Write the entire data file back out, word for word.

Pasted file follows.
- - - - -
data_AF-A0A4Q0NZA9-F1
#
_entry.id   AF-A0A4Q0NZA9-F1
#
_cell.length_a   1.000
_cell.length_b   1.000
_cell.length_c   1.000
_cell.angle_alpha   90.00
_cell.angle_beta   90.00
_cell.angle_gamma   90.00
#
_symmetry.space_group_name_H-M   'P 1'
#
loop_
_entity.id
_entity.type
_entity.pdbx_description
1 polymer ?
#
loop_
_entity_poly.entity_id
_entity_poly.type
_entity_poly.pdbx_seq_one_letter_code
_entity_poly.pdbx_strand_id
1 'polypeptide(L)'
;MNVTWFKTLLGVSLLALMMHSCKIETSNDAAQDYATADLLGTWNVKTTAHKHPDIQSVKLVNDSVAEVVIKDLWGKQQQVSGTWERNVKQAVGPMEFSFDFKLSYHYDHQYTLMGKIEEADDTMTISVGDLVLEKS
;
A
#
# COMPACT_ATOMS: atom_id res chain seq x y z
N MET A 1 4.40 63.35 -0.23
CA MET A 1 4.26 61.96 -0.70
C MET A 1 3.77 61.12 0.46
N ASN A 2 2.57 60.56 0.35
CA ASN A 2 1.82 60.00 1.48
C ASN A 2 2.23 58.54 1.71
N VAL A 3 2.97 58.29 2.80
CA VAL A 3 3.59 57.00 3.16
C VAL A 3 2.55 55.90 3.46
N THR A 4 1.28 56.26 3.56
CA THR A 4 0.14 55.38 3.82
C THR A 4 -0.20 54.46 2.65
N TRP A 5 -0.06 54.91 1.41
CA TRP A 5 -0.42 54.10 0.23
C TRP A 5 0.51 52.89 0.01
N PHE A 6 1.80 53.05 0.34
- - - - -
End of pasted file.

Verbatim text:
data_AF-A0A4Q0NZA9-F1
#
_entry.id   AF-A0A4Q0NZA9-F1
#
_cell.length_a   1.000
_cell.length_b   1.000
_cell.length_c   1.000
_cell.angle_alpha   90.00
_cell.angle_beta   90.00
_cell.angle_gamma   90.00
#
_symmetry.space_group_name_H-M   'P 1'
#
loop_
_entity.id
_entity.type
_entity.pdbx_description
1 polymer ?
#
loop_
_entity_poly.entity_id
_entity_poly.type
_entity_poly.pdbx_seq_one_letter_code
_entity_poly.pdbx_strand_id
1 'polypeptide(L)'
;MNVTWFKTLLGVSLLALMMHSCKIETSNDAAQDYATADLLGTWNVKTTAHKHPDIQSVKLVNDSVAEVVIKDLWGKQQQVSGTWERNVKQAVGPMEFSFDFKLSYHYDHQYTLMGKIEEADDTMTISVGDLVLEKS
;
A
#
# COMPACT_ATOMS: atom_id res chain seq x y z
N MET A 1 4.40 63.35 -0.23
CA MET A 1 4.26 61.96 -0.70
C MET A 1 3.77 61.12 0.46
N ASN A 2 2.57 60.56 0.35
CA ASN A 2 1.82 60.00 1.48
C ASN A 2 2.23 58.54 1.71
N VAL A 3 2.97 58.29 2.80
CA VAL A 3 3.59 57.00 3.16
C VAL A 3 2.55 55.90 3.46
N THR A 4 1.28 56.26 3.56
CA THR A 4 0.14 55.38 3.82
C THR A 4 -0.20 54.46 2.65
N TRP A 5 -0.06 54.91 1.41
CA TRP A 5 -0.42 54.10 0.23
C TRP A 5 0.51 52.89 0.01
N PHE A 6 1.80 53.05 0.34